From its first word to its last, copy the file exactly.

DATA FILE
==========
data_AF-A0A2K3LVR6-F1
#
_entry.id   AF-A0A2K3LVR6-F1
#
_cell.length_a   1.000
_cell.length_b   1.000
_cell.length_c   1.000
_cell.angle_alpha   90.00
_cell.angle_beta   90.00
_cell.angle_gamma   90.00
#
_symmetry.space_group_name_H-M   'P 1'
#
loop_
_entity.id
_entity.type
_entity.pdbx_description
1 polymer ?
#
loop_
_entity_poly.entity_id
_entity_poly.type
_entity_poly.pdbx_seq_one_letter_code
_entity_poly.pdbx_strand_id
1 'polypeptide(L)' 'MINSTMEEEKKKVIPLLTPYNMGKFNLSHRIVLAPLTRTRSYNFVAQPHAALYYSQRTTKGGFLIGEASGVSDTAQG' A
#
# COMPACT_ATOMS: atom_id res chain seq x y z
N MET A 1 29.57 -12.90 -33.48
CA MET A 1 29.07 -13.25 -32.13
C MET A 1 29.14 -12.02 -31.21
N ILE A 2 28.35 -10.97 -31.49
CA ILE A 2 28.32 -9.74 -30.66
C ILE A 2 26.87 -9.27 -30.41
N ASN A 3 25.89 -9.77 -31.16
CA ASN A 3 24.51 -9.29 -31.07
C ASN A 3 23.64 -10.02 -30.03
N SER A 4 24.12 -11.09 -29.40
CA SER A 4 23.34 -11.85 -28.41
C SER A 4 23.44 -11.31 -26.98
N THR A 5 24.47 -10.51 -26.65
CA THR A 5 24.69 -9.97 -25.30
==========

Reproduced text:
data_AF-A0A2K3LVR6-F1
#
_entry.id   AF-A0A2K3LVR6-F1
#
_cell.length_a   1.000
_cell.length_b   1.000
_cell.length_c   1.000
_cell.angle_alpha   90.00
_cell.angle_beta   90.00
_cell.angle_gamma   90.00
#
_symmetry.space_group_name_H-M   'P 1'
#
loop_
_entity.id
_entity.type
_entity.pdbx_description
1 polymer ?
#
loop_
_entity_poly.entity_id
_entity_poly.type
_entity_poly.pdbx_seq_one_letter_code
_entity_poly.pdbx_strand_id
1 'polypeptide(L)' 'MINSTMEEEKKKVIPLLTPYNMGKFNLSHRIVLAPLTRTRSYNFVAQPHAALYYSQRTTKGGFLIGEASGVSDTAQG' A
#
# COMPACT_ATOMS: atom_id res chain seq x y z
N MET A 1 29.57 -12.90 -33.48
CA MET A 1 29.07 -13.25 -32.13
C MET A 1 29.14 -12.02 -31.21
N ILE A 2 28.35 -10.97 -31.49
CA ILE A 2 28.32 -9.74 -30.66
C ILE A 2 26.87 -9.27 -30.41
N ASN A 3 25.89 -9.77 -31.16
CA ASN A 3 24.51 -9.29 -31.07
C ASN A 3 23.64 -10.02 -30.03
N SER A 4 24.12 -11.09 -29.40
CA SER A 4 23.34 -11.85 -28.41
C SER A 4 23.44 -11.31 -26.98
N THR A 5 24.47 -10.51 -26.65
CA THR A 5 24.69 -9.97 -25.30